How can local philanthropy and newsroom leaders create a more sustainable model to save local journalism? Report for America invites community foundations and local newsroom leaders to discuss a major new trend — the creation of “Community News Funds” — during a virtual panel, April 13, at 2 p.m. EDT.
The event draws upon the findings of a newly-released report that demonstrates how a growing number of communities have created a single, permanent fund to promote long-term support for local journalism.
“We can no longer view journalism as largely the responsibility of the commercial media, or a short-term problem that can be solved with temporary grants,” said Todd Franko, Report for America’s director of local sustainability and development. “We need to see it as an important civic function, worthy of ongoing philanthropic support, akin to a hospital, a library or a school.”
Guests will learn more about this game-changing tool from local leaders who have successfully adopted the approach.
Dr. Paulette Brown-Hinds, publisher of Black Voice News and founder of Voice Media Ventures, a strategic media and content creation firm, and president of the Inland Empire Community Foundation.
“I’ve been involved in the family business (BVN) for 20 years, and 20 years ago I knew philanthropy was a need because the funding model wasn’t sustainable. I knew, especially as a small community publication that has a history of calling out disparities and calling out discrimination within our region, that the traditional advertisers weren’t necessarily going to advertise with us. I knew when I inherited the publication that there’s no way we could continue trying to scrape by with advertisers, that we needed something different.”
Dave Mengebier, president and CEO, Greater Traverse Regional Community Foundation.
“I think if you want to have healthy, resilient, thriving communities, which is part of our vision statement, then there’s certain institutions that are really important to exist in your community, community writ large, right? And that includes having a newspaper, you know, along with things like having a community library, and, and a vibrant arts and culture community.”
Nathan Payne, executive editor of the Traverse City Record-Eagle, who worked with Mengebier to create a community news fund.
“There are a lot of reasons we do this job and almost none of them have to do with getting rich or being famous. A lot of times, it’s really thankless but in the end, we all believe that what we’re doing is worth saving.”
Payne and Mengebier will address themes of collaboration, and how community foundations can be a catalyst for bringing other funders to the table.
Gretchen Moore, former chief strategy officer at Central Valley Community Foundation. CVCF is well known for their Impact Media and Measurement Fund which includes: Education Lab, Fresnoland, Co Lab Central Valley News Collaborative, Branches and Roots, and The Big Tell Film Contest.
“For the first 50 years of our existence, we’re a traditional community foundation, managing local philanthropy and you know, lots of charitable transactions. Over the last five years, we have shifted to community transformation work and have really built the organization around how-do-we address the intractable challenges that our community faces.”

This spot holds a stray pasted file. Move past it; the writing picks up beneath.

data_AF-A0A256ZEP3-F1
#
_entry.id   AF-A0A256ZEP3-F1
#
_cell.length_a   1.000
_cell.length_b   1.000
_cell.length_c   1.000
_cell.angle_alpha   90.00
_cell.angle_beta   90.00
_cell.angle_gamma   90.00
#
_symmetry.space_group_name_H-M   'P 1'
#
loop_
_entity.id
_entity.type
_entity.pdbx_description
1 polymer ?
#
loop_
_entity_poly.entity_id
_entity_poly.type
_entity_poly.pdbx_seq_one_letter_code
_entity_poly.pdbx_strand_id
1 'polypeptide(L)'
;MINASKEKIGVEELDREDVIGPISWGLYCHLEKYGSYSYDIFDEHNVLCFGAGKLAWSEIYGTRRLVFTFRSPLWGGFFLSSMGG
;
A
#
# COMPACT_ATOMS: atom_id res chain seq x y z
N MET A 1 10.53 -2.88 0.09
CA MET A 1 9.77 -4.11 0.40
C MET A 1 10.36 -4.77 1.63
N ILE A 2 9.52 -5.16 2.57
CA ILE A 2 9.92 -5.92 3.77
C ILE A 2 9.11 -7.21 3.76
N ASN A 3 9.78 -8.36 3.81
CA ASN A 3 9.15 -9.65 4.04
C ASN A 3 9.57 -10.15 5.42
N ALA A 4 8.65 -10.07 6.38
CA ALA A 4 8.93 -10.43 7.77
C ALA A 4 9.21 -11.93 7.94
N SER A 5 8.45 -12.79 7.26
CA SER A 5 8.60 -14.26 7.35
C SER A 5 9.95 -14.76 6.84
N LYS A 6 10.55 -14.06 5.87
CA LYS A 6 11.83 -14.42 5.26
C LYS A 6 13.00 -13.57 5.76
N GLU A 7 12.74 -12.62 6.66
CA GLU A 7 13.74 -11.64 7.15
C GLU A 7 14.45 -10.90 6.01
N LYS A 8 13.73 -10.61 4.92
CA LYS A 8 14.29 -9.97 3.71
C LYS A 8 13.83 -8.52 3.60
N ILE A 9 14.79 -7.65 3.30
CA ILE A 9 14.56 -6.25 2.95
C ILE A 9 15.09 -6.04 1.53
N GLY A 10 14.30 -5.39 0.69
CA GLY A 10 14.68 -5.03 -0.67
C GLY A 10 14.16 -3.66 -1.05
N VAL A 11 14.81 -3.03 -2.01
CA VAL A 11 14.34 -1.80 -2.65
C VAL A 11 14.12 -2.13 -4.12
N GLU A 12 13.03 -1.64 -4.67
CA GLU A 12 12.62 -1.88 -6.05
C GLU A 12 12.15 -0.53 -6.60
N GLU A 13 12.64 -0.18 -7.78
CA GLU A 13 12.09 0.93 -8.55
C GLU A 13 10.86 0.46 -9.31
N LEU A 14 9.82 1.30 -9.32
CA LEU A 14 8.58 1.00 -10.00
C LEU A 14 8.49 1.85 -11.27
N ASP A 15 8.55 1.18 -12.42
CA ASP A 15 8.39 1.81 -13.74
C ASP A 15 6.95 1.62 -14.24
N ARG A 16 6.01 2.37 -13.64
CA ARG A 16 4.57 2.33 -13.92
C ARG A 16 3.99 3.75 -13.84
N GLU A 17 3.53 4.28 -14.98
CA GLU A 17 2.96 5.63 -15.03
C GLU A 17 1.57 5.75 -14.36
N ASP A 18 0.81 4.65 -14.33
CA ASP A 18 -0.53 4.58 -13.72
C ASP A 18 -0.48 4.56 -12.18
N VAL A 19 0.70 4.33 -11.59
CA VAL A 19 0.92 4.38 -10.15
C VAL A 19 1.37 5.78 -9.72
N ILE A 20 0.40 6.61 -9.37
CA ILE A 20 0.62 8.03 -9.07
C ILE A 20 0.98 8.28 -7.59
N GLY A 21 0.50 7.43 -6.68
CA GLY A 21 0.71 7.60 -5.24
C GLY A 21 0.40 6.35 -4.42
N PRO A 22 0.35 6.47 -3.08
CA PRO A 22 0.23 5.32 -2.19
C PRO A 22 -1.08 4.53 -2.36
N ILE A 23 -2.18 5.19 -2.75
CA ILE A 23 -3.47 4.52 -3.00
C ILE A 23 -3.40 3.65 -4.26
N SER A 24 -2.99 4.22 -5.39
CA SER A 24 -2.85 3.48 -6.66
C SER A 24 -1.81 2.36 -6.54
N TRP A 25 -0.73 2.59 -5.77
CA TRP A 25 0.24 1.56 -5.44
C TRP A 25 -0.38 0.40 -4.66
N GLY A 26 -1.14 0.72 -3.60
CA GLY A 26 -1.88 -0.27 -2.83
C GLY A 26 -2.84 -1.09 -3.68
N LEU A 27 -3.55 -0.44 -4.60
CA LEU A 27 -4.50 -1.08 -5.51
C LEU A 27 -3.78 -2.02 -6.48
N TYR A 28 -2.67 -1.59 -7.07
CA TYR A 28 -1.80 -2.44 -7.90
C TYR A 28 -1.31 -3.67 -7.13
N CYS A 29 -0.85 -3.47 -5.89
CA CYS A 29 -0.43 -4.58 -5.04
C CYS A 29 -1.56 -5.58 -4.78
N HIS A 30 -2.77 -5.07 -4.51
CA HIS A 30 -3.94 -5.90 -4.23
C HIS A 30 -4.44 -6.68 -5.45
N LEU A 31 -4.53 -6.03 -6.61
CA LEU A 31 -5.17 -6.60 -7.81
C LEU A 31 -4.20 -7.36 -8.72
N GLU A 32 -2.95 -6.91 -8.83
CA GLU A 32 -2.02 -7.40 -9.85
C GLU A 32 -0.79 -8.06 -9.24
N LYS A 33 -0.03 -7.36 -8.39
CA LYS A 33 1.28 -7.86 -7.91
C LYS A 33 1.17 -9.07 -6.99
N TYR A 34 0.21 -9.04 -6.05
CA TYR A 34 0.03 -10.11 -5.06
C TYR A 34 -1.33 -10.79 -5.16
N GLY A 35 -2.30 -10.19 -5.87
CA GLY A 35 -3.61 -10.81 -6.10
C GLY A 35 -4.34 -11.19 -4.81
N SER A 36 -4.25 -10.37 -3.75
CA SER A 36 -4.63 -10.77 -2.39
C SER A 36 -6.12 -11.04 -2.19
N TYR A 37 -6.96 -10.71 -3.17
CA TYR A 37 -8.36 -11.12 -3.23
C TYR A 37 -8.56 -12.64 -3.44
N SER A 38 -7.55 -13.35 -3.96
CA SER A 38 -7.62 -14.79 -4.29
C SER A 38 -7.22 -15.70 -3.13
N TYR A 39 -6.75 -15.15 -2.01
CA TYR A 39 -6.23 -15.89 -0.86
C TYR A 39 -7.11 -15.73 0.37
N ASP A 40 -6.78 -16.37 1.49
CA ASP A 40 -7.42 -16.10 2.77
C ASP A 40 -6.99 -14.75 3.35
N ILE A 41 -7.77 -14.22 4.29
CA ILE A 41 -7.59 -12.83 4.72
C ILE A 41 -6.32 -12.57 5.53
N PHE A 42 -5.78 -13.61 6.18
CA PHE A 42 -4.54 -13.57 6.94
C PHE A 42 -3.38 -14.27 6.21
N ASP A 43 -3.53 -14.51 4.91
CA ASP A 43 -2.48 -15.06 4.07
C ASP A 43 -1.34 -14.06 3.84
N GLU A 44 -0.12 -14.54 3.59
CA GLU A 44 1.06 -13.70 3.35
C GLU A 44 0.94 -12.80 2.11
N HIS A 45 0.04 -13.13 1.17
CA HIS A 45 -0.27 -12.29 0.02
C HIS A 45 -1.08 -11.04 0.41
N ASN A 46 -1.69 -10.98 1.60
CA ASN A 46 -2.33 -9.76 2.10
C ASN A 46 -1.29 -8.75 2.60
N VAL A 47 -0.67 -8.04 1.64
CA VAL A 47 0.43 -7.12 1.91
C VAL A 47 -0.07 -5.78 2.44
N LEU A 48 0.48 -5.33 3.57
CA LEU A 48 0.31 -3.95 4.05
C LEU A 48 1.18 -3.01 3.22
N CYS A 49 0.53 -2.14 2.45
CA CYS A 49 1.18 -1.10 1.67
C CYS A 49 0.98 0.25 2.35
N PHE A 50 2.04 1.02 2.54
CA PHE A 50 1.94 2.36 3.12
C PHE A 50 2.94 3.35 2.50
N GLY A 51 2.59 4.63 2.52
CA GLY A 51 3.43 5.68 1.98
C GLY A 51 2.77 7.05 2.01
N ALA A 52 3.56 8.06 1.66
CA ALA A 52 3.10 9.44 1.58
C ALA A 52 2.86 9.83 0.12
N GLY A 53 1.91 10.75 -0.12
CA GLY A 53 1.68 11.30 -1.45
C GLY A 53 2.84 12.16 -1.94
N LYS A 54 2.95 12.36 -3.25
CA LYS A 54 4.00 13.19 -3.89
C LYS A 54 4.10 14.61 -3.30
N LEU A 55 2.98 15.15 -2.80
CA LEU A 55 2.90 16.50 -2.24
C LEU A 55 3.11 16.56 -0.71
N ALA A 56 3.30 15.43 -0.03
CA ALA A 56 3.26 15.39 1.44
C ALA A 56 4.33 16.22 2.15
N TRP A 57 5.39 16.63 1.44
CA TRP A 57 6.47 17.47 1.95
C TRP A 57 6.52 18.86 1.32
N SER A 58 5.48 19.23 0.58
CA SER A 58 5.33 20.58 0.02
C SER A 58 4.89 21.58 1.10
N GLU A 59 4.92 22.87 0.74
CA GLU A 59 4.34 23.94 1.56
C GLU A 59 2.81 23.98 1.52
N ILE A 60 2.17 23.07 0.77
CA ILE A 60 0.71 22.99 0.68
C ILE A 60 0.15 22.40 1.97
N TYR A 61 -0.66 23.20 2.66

Moore will highlight how community foundations can draw on their organizational and community assets to create a CNF and help build community collaborations.
Doug Root, vice president of communications, Pittsburgh Community Foundation.
“There are two planks of funding for foundations: the first is the foundation’s mission (initiatives, projects and response to community needs) the second is civic democracy and vision of community and engaged citizenry.”
Root will share his experience as both a journalist and as a foundation leader, and how to frame investing in local journalism as one that is essential to a healthy community.
The “Community News Funds” report was made possible with support from the Lenfest Institute for Journalism and Meta Journalism Project. Promotional partners for this upcoming panel include Lenfest and Media Impact Funders.
“You know, by collaborating together and thinking differently about the way we work together, we can build stronger media ecosystems, and we can build really strong and robust philanthropic communities for the industry,” said Annie McCain Madonia, Lenfest’s chief advancement officer.
Following the panel, Report for America’s local sustainability team will remain available to answer your questions or to schedule a followup meeting with your organization. Register today to join this dynamic discussion.
About Report for America
Report for America is a national service program that places talented emerging journalists in local newsrooms to report on under-covered topics and communities. Launched in 2017, Report for America is creating a new, sustainable system that provides people with the information they need to improve their communities, hold powerful institutions accountable, and rebuild trust in the media. Report for America is an initiative of The GroundTruth Project.